The KHT at Federation Square takes Koorie peoples, cultures and communities from the literal and figurative fringes of Melbourne to a place that is a central meeting and gathering place for all Victorians. Our location at Federation Square is a recognition of our shared history and the importance of Koorie peoples as part of a broader 21st century community.
To ensure the rich cultural heritage, history and knowledge systems of First Peoples are valued, celebrated and an active part of society.
To nurture, honour and celebrate the continuing cultures and Songlines of the First Peoples of south-eastern Australia.
Our motto “GNOKAN DANNA MURRA KOR-KI”
Our motto groups two Koorie languages (Gunditjmara and Yorta Yorta) and means “Give me your hand my friend”.
The clasped black and white hands in our logo represents Aboriginal and non-Aboriginal people joining in goodwill and cooperation. The logo represents the “bridging of the cultural gap” and reflects our belief that through education and promotion, we can raise awareness and appreciation of the cultural diversity of Victorian First Peoples, and work towards the broader goal of reconciliation for all Australians.
Our values and commitment
Courage. Respect. Care. Reciprocity. Integrity. Responsibility.
The KHT is a unique space rich in culture, heritage and history that welcomes and encourages all people to come together in the spirit of learning and reconciliation. It is a safe space for all people to learn about and to help us nurturing, honouring and celebrating the continuing journey of the First Peoples of south-eastern Australia. As part of this commitment, the KHT recognises and is committed to implementing the Victorian Child Safe Standards to ensure child safety and wellbeing is embedded in all our programs and services.
Our programs and services
We offer a range of programs and services including the only public collection in Victoria dedicated solely to Koorie art and culture comprising artefacts, pictures and photographs as well as a Oral History Program and a Reference Library; a Cultural Experiences Program that include guided walking tours and cultural competency training and programs; an annual exhibitions program with an emphasis on showcasing young and emerging Victorian Peoples art and artists; a Koorie Family History Service; and a retail shop dedicated exclusively to showcasing the uniqueness of Victorian First Peoples art and design. We also have for hire meeting rooms with balcony access and views of the Yarra River and Federation Square.
We are endorsed as a deductible gift recipient and continue to receive generous funding support from bequests, private donors, trusts and foundations, and from government grants and corporate sponsorship.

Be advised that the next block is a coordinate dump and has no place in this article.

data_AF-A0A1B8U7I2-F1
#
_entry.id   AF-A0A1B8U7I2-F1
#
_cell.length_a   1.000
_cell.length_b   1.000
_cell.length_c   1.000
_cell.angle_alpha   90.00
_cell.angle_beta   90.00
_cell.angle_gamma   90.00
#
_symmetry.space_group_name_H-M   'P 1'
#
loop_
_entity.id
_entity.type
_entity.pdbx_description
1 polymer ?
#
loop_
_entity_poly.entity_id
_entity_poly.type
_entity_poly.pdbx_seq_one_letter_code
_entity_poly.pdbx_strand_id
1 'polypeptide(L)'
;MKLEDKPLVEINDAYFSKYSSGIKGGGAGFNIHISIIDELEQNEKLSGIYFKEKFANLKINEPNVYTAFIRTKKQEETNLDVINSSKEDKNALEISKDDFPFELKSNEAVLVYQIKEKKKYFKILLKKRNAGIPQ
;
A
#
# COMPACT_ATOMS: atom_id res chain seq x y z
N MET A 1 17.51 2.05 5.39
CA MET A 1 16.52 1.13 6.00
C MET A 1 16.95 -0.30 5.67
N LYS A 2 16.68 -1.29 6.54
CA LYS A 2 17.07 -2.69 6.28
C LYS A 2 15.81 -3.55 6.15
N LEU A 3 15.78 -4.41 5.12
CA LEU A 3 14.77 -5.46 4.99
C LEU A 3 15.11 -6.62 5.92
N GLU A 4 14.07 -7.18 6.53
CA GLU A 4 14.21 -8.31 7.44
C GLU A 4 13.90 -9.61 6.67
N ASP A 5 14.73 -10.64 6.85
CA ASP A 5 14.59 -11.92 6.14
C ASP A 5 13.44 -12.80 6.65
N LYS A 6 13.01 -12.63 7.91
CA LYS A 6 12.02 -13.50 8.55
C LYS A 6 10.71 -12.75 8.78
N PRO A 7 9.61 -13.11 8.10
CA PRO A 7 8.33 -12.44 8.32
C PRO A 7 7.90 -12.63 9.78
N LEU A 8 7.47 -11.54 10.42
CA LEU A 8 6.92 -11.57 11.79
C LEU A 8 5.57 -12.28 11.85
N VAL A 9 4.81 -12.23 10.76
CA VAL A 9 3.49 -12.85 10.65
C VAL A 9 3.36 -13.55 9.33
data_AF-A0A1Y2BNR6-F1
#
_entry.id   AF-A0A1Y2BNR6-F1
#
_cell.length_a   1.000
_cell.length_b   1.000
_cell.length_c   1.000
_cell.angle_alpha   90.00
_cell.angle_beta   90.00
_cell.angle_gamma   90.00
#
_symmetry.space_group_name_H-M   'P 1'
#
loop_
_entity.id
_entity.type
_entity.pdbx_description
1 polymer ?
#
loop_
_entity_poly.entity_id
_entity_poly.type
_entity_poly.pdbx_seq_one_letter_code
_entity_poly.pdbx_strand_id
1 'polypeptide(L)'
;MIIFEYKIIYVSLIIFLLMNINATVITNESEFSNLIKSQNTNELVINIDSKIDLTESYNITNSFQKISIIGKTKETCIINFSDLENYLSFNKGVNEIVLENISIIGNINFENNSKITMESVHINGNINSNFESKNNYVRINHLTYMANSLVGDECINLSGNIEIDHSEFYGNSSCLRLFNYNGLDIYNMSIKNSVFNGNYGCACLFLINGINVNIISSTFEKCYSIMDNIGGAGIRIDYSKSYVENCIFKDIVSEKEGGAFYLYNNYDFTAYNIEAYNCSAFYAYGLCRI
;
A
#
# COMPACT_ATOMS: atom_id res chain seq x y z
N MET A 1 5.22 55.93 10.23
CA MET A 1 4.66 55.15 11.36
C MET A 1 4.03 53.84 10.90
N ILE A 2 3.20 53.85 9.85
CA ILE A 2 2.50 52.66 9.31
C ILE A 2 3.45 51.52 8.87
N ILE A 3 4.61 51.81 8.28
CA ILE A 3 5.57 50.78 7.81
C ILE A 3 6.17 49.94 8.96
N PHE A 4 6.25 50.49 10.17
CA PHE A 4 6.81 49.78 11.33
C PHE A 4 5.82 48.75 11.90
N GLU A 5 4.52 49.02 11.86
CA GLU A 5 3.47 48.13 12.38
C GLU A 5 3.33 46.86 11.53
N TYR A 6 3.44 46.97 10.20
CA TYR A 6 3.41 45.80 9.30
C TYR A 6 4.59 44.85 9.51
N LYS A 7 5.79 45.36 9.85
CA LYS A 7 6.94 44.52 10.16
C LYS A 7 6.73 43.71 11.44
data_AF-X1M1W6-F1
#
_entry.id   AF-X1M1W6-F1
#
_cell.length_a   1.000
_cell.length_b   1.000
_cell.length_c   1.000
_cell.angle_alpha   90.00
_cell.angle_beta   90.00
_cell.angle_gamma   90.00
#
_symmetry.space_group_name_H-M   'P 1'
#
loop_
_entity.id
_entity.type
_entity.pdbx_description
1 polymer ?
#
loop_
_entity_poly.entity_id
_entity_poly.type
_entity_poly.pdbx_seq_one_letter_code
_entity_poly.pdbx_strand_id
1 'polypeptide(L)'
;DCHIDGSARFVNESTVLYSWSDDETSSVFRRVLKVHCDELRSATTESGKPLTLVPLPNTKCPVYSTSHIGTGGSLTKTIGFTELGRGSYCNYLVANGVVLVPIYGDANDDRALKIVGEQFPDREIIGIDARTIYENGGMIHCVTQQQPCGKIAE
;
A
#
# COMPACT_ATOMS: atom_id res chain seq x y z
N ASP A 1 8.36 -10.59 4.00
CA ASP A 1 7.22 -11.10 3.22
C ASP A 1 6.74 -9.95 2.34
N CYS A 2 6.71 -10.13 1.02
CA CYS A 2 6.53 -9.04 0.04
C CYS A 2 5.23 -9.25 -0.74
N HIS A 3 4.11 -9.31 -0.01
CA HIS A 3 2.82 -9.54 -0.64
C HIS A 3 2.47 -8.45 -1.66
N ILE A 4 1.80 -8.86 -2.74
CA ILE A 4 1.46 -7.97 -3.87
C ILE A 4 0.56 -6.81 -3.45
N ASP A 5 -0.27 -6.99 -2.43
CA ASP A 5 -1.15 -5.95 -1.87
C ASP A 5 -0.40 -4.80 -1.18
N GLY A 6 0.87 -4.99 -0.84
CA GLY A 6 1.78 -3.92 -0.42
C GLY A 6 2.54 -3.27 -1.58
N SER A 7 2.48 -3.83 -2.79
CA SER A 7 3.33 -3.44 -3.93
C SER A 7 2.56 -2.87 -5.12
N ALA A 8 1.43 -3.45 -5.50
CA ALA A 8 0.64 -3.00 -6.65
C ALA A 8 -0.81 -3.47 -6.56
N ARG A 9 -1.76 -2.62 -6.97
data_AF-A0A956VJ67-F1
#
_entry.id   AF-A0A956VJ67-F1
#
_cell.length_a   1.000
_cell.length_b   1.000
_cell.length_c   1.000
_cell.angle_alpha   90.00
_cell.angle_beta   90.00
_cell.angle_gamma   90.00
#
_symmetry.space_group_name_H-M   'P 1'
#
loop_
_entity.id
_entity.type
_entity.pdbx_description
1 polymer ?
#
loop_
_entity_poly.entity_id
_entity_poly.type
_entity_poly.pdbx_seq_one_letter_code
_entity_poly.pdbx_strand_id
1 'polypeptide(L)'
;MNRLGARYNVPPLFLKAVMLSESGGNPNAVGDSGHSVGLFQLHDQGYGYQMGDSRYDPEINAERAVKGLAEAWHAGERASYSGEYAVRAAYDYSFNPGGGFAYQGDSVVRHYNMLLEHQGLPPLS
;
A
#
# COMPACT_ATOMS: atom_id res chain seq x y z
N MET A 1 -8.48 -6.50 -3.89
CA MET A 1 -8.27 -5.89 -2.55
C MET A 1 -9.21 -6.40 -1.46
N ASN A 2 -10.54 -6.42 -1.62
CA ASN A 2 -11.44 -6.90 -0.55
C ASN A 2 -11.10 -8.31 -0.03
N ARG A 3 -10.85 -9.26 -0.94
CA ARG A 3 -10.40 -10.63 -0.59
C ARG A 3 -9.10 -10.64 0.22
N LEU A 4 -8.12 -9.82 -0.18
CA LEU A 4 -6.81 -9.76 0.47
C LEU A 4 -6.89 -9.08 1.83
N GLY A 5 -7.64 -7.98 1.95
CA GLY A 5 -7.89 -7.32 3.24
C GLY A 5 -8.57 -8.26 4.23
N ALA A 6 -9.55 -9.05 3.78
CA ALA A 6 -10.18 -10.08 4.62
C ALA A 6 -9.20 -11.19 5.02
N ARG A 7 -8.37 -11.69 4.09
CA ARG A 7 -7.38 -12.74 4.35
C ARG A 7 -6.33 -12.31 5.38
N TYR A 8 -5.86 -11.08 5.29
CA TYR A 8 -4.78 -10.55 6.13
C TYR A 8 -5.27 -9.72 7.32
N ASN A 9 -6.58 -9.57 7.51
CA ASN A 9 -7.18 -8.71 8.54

The KHT is a public space of learning and working, and we ask that you are respectful of our Collections, shop, galleries and education spaces.We ask you to note the following to ensure that you make the most of your visit, and enjoy the various programs and services that we offer:
Filming and photography
You are more than welcome to use your camera throughout the KHT to film or take photographs for personal use. However, to respect and protect the artist’s moral rights, if reproducing on your various social media platforms, please credit them in your post.
Filming and photography for non-personal use is prohibited for cultural, moral and copyright reasons, particularly if being used for a commercial purpose.
Flash photography of artworks is also prohibited as continued flash exposure over time can lead to irreversible light damage to an artwork.
If you wish to film or take photographs of artworks for purposes other than for personal use, please email us to discuss.
The term Koorie is commonly used to describe the First Peoples of south-eastern Australia; however, the terms First Peoples, First Nations, Aboriginal and Aboriginal and Torres Strait Islanders are also used interchangeably. We recognise the diversity of the First Peoples living throughout Victoria, including Koories and other First Peoples from around Australia.
The term Koorie/Koori/Gurri is a generic term used by contemporary First Peoples of Victoria and Southern New South Wales to identify and differentiate themselves from First Peoples groups from other parts of Australia. First Peoples and communities in Queensland refer to themselves as Murris, Nunga in South Australia and Nyoongar in southern Western Australia.
Narrm is the traditional Woiwurrung (Woi Wurrung) name for the Melbourne region, in the language of the Wurundjeri peoples, the traditional custodians of the land on which the city is built and where the KHT is located. In recognition of this, we use the word Narrm except where the word ‘Melbourne’ is used in the context of the name of an organisation, event or place (e.g., the Melbourne Museum, City of Melbourne, Melbourne Arts Precinct Corporation etc.).
Spelt as either Neirm/Nairm/Narrm, it is also the Boonwurrung (Boon Wurrung) word for Port Phillip Bay which lies at the centre of the Boonwurrung, Wurundjeri and Wathaurung Country. The Kulin Nation is an alliance of five tribes whose territories extend around Neirm to encompass the Wurundjeri, Boonwurrung and Wathaurung peoples. The Kulin Nation also extends inland to include the Dja Dja Wurrung and the Taungurung peoples.
While the work we do acknowledges the pre-settlement boundaries of the traditional lands of south-eastern Australia, which cross post-settlement state lines and extend into New South Wales, South Australia and Tasmania, the focus of our work is primarily with the First Peoples Communities of Victoria.